So much of life is like the Saturday between Good Friday and Easter Sunday, isn’t it? Our world is full of this tension-filled, “Saturday” space: between grievous injustice and death on one side, and the hope of justice and resurrection on the other. It’s the between-ness of life after the “already” of Christ’s coming and before the “not yet” of his coming again. It’s where we live.
This Easter the tension is especially pronounced. The agony of prolonged social distancing, coupled with COVID-19’s rising death toll and economic fallout, leave us in a state of lament and longing. The victory and hope of resurrection has never felt sweeter, even as (in our darkest moments) it has never felt more distant.
But that’s why we sing. That’s why the beloved hymns of the church—songs of comfort for generations of saints who endured similar plagues, pestilences, wars, and hardships—are so crucial. We need to rediscover and re-embrace the church’s enduring songbook, and thankfully many contemporary artists—from Shane & Shane to Sara Groves to lesser-known artists like Claire Holley—are helping us do that.
Nashville-based traditional worship artist Greg LaFollette is the latest Christian musician to release an album of updated old hymns. Featuring collaborators like Jason Gray, Mission House, and Alisa Turner, the album, I’ll Wait For You, My Love, released last week.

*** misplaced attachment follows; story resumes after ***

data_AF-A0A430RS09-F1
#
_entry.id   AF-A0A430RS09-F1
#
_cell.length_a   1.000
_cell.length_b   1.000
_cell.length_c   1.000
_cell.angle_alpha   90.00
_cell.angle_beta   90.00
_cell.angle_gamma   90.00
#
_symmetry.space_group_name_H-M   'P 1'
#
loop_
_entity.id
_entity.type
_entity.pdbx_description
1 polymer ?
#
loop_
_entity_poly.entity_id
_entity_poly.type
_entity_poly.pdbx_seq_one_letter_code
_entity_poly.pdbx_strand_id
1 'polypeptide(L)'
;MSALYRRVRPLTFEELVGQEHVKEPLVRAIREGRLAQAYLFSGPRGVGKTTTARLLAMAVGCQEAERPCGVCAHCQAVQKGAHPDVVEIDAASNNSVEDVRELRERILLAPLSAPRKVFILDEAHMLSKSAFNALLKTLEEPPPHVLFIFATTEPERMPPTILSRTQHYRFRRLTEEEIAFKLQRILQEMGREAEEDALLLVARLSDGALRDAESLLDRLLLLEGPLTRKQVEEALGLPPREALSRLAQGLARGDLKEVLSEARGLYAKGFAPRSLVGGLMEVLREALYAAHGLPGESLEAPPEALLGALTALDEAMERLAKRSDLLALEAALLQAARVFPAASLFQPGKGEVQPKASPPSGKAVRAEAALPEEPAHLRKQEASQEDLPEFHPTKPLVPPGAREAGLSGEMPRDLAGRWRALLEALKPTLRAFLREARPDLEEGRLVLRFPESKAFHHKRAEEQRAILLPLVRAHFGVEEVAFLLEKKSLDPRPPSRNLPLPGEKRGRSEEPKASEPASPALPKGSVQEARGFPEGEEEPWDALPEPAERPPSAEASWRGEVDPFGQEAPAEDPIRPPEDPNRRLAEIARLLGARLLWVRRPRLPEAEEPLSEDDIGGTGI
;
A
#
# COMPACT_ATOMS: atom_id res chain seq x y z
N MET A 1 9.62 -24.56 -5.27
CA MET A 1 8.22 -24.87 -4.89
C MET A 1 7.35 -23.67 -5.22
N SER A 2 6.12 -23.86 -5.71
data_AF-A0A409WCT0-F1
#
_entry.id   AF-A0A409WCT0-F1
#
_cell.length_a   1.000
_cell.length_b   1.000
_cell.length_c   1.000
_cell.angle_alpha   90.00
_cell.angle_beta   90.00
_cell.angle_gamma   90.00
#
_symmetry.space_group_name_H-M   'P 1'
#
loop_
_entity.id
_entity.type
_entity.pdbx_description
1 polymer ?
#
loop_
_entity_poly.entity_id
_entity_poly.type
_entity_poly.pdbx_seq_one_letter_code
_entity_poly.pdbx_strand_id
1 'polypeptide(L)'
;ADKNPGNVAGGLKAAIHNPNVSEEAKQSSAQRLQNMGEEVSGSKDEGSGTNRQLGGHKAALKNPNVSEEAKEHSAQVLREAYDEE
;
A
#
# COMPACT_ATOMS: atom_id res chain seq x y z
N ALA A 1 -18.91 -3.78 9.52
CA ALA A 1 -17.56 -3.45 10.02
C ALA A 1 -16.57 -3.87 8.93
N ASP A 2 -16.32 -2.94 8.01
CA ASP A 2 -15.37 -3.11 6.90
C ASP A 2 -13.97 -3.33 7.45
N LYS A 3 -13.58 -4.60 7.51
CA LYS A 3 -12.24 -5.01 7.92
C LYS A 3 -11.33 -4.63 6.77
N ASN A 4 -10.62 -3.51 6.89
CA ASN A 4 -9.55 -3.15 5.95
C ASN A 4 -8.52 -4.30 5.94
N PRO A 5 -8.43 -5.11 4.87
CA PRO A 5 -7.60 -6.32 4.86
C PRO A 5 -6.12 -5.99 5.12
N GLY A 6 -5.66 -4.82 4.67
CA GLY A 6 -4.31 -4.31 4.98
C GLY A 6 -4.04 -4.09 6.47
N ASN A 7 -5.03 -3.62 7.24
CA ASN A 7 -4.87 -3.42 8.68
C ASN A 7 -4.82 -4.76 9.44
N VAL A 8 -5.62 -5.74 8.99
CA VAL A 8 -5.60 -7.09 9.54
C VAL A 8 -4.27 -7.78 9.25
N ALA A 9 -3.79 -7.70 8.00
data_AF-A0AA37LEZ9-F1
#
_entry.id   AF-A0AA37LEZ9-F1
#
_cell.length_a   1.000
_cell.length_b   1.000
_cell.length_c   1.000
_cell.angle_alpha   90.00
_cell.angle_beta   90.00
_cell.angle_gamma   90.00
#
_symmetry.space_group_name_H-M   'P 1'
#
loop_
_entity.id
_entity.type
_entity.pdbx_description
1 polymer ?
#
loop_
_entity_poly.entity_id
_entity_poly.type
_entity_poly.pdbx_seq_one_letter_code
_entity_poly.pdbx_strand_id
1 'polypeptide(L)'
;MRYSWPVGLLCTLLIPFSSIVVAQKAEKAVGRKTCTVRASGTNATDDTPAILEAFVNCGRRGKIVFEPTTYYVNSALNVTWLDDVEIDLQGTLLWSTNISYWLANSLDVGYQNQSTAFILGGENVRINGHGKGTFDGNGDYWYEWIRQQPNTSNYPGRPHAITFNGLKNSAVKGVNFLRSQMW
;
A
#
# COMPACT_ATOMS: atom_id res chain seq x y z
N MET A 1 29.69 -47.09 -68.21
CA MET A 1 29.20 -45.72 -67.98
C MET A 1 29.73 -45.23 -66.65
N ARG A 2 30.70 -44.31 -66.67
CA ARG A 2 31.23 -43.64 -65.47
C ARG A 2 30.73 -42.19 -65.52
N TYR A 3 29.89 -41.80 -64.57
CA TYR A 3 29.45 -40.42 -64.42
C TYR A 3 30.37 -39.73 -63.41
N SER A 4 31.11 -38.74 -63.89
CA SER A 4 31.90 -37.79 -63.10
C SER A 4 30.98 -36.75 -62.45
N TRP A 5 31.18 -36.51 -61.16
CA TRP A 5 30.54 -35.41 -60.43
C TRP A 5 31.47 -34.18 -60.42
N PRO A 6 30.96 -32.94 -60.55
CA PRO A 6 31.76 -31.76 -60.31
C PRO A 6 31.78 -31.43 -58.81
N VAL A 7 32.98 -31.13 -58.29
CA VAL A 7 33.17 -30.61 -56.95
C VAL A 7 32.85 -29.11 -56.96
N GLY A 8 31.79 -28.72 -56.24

I spoke with LaFollette about the album, the importance of hymns in anxious times, and what congregational worship looks like in quarantine.
Why are the hymns of the church especially valuable in uncertain, anxious times like now?
Hymns bind us to pilgrims who came before us, reminding us that we aren’t the first to embark on the mysterious adventure of faith. Many saints have gone before us. Jesus Christ himself has gone before us, and we are not alone; not in our feelings, desires, worship, or questioning. While there are many singers and melodies, the song is the same.
Hymns bind us to pilgrims who came before us, reminding us that we aren’t the first to embark upon the mysterious adventure of faith.
In making this music for the church, I want to interject fresh vitality into well-used (but still viable) songs that have fallen out of fashion. Not unlike my creative process for Songs of Common Prayer (an album based on the 16th-century prayerbook), I want to give people an opportunity to create new experiences with familiar texts. I overlaid my perspective on the songs by creating new melodies, adding sections, and bringing my emotional presence to the production and performances; while leaving hospitable space for the church to fill. I hope that these songs will, as Victor Hugo wrote, “express that which cannot be said and on which it is impossible to be silent.”
What does congregational worship look like right now for churches that only meet virtually? Any ideas or suggestions for how churches can retain the musical aspect of church in this season?
There are myriad limitations of virtual or prerecorded meetings. Rather than trying to overcome the inherent obstacles, I would suggest leaning into the obstruction. Simplify services. Simplify songs. Equip families. Maybe share silence over Zoom?